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A Pint-Sized Hoop House for the Limited Resource Gardener

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Those of you who have spoken to me or have heard me speak on the topic know I'm a dedicated disciple of hoop house gardening. While I recommend every commercial and home gardener take advantage of the season extension and weather modifying benefits offered by hoop houses, I realize there are many gardeners who do not have the space or the funds to construct a hoop house. With this in mind, we set our sights on developing a mini hoop house or mini tunnel, a name more appropriate for its size. While it is too small for a gardener to stand inside, it does offer the same benefits of larger hoop house structures.

After years of tinkering with existing mini tunnel designs and making various modifications, we've developed a mini tunnel custom designed for use with both our recycled auto tire and corrugated sheet metal beds. The mini tunnel will provide the gardener with a versatile, user-friendly means of protecting and enhancing the growth of crops growing in permanent raised beds.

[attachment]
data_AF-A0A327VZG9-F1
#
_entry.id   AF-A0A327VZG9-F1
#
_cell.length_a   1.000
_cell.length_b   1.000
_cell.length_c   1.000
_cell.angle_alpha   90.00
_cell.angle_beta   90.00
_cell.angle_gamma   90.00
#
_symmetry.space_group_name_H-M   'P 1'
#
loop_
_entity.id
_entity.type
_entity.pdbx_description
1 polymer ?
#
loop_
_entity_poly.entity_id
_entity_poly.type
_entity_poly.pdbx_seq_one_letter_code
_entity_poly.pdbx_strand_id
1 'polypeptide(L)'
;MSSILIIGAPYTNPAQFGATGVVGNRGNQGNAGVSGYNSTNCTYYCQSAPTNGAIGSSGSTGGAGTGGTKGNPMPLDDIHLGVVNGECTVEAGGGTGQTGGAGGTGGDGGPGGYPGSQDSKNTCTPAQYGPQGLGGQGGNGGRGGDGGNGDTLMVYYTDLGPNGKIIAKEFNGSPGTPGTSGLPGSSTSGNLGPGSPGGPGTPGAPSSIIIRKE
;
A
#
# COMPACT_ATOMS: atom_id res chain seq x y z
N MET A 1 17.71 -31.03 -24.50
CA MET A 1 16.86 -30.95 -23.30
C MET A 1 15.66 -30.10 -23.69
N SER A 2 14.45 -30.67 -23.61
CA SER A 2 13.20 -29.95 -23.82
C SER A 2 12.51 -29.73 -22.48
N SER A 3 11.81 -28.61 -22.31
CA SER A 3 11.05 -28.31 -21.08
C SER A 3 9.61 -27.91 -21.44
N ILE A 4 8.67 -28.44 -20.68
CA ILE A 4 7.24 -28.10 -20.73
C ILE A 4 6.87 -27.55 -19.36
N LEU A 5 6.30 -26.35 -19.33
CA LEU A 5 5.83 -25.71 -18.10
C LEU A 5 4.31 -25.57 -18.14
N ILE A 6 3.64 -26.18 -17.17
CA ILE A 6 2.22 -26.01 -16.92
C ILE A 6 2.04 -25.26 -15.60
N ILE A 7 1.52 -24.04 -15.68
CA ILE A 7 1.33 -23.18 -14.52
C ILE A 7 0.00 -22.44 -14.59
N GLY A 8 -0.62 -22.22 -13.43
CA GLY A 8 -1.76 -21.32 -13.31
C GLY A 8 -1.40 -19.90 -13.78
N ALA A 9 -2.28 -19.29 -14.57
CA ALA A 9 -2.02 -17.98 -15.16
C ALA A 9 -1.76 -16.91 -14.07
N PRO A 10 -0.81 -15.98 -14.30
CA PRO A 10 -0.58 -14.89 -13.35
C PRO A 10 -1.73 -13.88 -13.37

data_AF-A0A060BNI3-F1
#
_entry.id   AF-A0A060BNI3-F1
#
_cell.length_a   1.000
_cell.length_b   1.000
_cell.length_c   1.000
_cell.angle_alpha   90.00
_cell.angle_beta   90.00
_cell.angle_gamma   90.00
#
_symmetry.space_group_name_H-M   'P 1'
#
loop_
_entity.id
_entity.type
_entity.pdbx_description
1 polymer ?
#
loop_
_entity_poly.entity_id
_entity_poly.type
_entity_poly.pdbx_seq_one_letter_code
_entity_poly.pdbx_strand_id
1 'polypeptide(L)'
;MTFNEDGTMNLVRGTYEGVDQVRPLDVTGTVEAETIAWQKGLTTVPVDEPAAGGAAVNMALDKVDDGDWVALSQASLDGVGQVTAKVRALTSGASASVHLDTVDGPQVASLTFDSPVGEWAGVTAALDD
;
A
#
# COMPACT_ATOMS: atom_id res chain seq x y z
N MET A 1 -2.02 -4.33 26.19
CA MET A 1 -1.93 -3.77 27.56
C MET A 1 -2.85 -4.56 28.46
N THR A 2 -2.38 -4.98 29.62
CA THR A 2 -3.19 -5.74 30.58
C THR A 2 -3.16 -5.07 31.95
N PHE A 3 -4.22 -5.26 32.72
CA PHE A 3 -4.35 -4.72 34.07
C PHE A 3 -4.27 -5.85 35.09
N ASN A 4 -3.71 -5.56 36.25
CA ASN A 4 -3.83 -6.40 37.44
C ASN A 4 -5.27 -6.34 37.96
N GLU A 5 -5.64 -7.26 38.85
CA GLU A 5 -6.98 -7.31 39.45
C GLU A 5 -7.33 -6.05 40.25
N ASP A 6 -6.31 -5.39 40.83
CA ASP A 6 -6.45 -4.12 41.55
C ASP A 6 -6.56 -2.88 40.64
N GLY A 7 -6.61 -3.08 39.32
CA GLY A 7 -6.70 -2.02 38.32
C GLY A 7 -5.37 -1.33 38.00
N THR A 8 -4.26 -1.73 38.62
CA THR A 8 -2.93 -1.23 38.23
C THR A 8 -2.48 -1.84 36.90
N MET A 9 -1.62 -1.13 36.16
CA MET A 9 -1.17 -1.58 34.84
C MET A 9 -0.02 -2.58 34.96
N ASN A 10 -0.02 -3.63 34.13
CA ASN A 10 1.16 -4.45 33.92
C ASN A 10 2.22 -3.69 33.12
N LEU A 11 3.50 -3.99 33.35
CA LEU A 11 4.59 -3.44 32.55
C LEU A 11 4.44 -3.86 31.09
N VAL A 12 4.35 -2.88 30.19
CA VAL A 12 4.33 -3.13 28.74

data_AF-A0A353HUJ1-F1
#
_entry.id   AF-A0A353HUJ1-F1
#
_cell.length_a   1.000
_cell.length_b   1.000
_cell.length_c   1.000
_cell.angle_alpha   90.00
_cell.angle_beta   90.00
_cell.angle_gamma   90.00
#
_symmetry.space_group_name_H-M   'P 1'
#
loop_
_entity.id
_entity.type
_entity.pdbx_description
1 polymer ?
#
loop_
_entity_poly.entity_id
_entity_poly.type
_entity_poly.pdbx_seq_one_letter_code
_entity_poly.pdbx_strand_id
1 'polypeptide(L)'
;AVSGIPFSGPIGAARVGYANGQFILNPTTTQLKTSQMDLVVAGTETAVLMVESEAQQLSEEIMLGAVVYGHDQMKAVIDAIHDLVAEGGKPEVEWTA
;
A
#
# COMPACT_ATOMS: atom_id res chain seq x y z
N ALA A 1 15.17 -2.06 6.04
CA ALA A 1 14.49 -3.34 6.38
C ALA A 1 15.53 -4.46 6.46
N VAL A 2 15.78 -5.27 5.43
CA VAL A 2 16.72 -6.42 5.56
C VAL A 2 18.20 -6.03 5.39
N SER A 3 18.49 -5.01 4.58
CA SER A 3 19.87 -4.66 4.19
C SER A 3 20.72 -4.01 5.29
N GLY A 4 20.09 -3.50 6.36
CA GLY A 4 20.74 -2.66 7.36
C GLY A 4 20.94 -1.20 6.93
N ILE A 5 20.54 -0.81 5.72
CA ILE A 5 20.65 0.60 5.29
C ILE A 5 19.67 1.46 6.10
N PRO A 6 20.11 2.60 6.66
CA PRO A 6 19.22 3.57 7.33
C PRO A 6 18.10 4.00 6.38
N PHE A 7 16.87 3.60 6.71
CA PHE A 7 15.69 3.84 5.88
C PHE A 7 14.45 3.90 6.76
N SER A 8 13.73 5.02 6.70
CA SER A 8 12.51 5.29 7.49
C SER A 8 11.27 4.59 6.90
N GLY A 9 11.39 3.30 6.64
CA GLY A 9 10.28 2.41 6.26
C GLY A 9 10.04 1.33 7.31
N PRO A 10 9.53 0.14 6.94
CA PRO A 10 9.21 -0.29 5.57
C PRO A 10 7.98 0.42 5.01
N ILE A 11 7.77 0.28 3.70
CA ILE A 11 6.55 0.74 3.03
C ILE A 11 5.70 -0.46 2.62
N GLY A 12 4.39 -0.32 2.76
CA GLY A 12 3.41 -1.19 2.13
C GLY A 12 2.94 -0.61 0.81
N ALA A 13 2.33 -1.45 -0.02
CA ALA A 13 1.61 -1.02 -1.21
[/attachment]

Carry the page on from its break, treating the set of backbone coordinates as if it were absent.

The basic components of this mini tunnel are hoops made from PVC pipe, a polyethylene greenhouse film cover and hold-down straps made from 1/4-inch rope. The tunnel cover is held in place using rope straps located between each hoop. The straps enable the user to raise and lower the cover without unfastening or fastening the cover every time the tunnel is opened or closed.

Material cost to construct a mini tunnel to cover a 40-inch-wide by 30-foot-long Noble Research Institute recycled auto tire or corrugated sheet metal bed is under $90.

For a complete set of plans for constructing a raised bed mini tunnel, see page 81 of the Permanent Raised Bed Gardening PDF.

Steve Upson serves as a senior horticulture consultant and has worked at Noble Research Institute since 1988. He received a bachelor’s degree in horticulture from the Oklahoma State University and a master’s degree in horticulture from Kansas State University. Before joining Noble, he served as a county and area Extension horticulture specialist with the Oklahoma State University Extension service and managed a commercial market garden operation east of Kansas City, Missouri. His areas of interest include raised bed and container gardening, commercial market gardening, and high tunnel (hoop house) construction and management.

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